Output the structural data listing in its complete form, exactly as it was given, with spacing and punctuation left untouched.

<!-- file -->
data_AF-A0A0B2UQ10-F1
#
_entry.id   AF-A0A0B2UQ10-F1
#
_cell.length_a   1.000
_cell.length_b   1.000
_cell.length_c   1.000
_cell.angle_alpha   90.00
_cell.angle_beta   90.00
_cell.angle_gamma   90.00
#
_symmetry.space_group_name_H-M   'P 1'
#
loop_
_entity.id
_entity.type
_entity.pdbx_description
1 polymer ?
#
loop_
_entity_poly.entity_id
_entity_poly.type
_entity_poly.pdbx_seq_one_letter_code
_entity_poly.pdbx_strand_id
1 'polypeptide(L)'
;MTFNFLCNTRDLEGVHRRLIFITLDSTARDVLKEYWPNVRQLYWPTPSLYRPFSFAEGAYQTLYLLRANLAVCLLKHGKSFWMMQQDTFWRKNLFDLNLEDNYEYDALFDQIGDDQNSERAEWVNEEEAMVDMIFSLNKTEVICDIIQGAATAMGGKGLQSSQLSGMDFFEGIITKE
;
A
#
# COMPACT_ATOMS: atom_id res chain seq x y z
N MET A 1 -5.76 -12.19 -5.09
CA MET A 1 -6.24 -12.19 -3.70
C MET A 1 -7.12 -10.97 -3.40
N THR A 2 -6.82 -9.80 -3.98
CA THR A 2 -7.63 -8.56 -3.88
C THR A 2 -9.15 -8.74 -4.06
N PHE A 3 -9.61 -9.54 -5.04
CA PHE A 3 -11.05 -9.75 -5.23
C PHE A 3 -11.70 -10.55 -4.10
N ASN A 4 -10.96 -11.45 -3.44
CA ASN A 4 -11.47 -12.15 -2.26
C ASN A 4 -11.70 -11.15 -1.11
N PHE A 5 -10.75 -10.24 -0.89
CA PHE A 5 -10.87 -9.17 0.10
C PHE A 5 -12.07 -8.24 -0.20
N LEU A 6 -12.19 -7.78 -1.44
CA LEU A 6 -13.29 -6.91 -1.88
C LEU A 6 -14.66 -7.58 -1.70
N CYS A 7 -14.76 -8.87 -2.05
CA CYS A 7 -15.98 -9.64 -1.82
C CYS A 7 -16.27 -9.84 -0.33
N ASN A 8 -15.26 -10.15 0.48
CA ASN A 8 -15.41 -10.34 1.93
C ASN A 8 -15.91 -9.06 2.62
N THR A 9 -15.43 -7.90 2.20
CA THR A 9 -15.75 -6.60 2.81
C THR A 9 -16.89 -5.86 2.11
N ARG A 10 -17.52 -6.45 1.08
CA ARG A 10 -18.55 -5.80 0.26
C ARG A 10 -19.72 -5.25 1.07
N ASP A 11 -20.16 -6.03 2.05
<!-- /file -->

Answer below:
data_AF-A0A0B2UQ10-F1
#
_entry.id   AF-A0A0B2UQ10-F1
#
_cell.length_a   1.000
_cell.length_b   1.000
_cell.length_c   1.000
_cell.angle_alpha   90.00
_cell.angle_beta   90.00
_cell.angle_gamma   90.00
#
_symmetry.space_group_name_H-M   'P 1'
#
loop_
_entity.id
_entity.type
_entity.pdbx_description
1 polymer ?
#
loop_
_entity_poly.entity_id
_entity_poly.type
_entity_poly.pdbx_seq_one_letter_code
_entity_poly.pdbx_strand_id
1 'polypeptide(L)'
;MTFNFLCNTRDLEGVHRRLIFITLDSTARDVLKEYWPNVRQLYWPTPSLYRPFSFAEGAYQTLYLLRANLAVCLLKHGKSFWMMQQDTFWRKNLFDLNLEDNYEYDALFDQIGDDQNSERAEWVNEEEAMVDMIFSLNKTEVICDIIQGAATAMGGKGLQSSQLSGMDFFEGIITKE
;
A
#
# COMPACT_ATOMS: atom_id res chain seq x y z
N MET A 1 -5.76 -12.19 -5.09
CA MET A 1 -6.24 -12.19 -3.70
C MET A 1 -7.12 -10.97 -3.40
N THR A 2 -6.82 -9.80 -3.98
CA THR A 2 -7.63 -8.56 -3.88
C THR A 2 -9.15 -8.74 -4.06
N PHE A 3 -9.61 -9.54 -5.04
CA PHE A 3 -11.05 -9.75 -5.23
C PHE A 3 -11.70 -10.55 -4.10
N ASN A 4 -10.96 -11.45 -3.44
CA ASN A 4 -11.47 -12.15 -2.26
C ASN A 4 -11.70 -11.15 -1.11
N PHE A 5 -10.75 -10.24 -0.89
CA PHE A 5 -10.87 -9.17 0.10
C PHE A 5 -12.07 -8.24 -0.20
N LEU A 6 -12.19 -7.78 -1.44
CA LEU A 6 -13.29 -6.91 -1.88
C LEU A 6 -14.66 -7.58 -1.70
N CYS A 7 -14.76 -8.87 -2.05
CA CYS A 7 -15.98 -9.64 -1.82
C CYS A 7 -16.27 -9.84 -0.33
N ASN A 8 -15.26 -10.15 0.48
CA ASN A 8 -15.41 -10.34 1.93
C ASN A 8 -15.91 -9.06 2.62
N THR A 9 -15.43 -7.90 2.20
CA THR A 9 -15.75 -6.60 2.81
C THR A 9 -16.89 -5.86 2.11
N ARG A 10 -17.52 -6.45 1.08
CA ARG A 10 -18.55 -5.80 0.26
C ARG A 10 -19.72 -5.25 1.07
N ASP A 11 -20.16 -6.03 2.05